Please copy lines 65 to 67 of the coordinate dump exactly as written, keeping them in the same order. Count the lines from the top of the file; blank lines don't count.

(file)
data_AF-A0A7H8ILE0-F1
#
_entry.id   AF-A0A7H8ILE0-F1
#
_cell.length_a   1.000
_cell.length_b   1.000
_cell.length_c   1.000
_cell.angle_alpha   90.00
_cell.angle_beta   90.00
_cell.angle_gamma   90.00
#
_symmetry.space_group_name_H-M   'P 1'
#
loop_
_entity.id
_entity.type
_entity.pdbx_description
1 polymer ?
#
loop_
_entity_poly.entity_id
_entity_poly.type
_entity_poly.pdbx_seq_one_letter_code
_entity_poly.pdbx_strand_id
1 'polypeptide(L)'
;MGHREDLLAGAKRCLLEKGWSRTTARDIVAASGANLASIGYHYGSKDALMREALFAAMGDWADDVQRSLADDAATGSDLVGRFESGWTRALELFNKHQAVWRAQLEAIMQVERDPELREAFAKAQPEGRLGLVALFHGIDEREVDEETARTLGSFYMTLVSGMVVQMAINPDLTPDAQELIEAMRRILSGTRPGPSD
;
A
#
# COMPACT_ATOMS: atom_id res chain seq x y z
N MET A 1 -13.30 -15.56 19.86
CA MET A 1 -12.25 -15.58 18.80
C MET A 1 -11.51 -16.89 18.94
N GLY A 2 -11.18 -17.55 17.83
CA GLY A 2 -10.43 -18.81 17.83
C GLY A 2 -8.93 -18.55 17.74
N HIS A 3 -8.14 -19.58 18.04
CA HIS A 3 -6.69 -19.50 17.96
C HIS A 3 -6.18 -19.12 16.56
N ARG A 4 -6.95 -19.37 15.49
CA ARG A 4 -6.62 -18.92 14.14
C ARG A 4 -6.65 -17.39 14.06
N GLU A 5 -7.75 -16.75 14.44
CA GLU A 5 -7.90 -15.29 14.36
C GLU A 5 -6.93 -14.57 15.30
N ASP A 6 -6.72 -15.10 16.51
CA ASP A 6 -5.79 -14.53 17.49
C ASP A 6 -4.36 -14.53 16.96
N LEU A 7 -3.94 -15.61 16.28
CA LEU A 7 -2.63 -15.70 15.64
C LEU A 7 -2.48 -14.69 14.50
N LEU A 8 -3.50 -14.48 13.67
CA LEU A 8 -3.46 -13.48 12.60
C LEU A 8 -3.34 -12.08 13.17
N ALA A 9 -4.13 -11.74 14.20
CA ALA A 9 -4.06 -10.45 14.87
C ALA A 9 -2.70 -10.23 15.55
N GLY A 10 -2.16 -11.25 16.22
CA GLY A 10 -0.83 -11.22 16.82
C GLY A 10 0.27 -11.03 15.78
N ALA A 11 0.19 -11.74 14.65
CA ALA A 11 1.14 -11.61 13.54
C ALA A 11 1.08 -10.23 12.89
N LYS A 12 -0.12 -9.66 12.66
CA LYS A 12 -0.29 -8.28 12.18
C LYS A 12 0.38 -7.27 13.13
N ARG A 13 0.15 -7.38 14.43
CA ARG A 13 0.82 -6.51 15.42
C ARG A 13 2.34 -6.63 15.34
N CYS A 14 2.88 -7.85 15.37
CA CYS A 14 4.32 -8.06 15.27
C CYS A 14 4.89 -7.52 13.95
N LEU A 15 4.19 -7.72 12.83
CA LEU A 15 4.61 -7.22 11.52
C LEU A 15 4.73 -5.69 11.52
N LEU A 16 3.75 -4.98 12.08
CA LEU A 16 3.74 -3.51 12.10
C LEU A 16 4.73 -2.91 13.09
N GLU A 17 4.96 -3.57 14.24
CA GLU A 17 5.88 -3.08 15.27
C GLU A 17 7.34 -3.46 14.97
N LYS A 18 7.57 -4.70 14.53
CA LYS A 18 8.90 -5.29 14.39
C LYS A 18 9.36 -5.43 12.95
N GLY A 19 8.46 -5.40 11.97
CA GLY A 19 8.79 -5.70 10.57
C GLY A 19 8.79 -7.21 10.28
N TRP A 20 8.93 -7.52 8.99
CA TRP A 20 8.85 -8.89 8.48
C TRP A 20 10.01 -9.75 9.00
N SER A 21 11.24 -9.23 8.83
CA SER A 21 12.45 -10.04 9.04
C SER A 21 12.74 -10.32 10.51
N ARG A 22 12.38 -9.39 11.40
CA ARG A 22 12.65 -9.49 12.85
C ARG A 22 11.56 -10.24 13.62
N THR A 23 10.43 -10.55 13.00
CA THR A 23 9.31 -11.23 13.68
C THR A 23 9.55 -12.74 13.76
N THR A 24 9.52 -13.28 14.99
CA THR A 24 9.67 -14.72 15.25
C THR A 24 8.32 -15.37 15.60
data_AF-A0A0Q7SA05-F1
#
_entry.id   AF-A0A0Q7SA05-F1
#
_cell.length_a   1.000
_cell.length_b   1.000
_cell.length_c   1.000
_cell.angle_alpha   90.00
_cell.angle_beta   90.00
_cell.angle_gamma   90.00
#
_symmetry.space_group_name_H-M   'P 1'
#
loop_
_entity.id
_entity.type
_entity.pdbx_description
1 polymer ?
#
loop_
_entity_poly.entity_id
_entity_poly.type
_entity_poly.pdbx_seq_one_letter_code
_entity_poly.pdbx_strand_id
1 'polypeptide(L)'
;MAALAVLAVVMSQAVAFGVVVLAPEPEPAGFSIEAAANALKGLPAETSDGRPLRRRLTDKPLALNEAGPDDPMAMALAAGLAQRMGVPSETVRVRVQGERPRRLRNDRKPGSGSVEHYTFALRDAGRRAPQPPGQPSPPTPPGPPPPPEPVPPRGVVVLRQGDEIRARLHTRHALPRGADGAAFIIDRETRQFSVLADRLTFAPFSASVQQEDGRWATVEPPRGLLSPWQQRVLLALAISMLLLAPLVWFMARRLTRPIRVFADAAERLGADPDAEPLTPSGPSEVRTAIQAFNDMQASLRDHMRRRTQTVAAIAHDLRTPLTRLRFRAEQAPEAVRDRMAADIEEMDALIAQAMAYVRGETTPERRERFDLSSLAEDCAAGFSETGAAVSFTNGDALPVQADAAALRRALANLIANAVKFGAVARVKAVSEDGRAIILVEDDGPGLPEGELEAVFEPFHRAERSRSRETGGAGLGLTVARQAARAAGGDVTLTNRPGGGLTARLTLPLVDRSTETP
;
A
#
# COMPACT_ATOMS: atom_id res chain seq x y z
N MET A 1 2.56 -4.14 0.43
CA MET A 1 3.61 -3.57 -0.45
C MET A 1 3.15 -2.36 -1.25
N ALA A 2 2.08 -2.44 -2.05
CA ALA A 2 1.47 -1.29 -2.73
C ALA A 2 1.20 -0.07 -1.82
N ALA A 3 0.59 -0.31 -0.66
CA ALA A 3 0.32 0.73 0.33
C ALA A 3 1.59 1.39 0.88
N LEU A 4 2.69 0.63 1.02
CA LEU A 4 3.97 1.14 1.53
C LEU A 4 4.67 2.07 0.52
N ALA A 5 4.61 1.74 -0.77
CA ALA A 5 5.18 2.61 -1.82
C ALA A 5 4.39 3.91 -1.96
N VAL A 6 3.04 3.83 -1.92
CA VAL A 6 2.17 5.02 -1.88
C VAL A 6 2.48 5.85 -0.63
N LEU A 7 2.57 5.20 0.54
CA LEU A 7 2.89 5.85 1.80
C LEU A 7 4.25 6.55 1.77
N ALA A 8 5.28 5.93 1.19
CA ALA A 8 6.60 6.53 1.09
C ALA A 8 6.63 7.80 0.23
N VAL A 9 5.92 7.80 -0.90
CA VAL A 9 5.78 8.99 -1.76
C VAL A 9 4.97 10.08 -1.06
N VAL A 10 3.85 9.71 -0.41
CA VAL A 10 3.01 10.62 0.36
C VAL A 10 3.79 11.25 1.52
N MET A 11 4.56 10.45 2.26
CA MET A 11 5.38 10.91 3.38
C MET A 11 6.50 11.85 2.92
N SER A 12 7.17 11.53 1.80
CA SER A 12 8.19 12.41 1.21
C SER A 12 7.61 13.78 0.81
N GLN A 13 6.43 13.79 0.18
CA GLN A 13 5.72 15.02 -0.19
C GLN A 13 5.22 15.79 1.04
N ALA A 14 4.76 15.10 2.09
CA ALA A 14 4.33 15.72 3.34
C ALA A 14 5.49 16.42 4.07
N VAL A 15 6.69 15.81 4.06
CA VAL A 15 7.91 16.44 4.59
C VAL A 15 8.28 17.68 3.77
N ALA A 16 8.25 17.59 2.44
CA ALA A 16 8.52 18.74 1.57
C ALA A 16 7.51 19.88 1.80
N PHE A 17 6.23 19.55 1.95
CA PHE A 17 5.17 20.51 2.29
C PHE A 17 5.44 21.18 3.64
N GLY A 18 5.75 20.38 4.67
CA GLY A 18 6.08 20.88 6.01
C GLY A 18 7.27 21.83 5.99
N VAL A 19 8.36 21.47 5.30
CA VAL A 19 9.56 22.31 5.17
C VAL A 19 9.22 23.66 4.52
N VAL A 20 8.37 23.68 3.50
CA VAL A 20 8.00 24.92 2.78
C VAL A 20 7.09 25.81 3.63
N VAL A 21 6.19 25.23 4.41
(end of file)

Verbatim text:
CA LYS A 12 -0.29 -8.28 12.18
C LYS A 12 0.38 -7.27 13.13
N ARG A 13 0.15 -7.38 14.43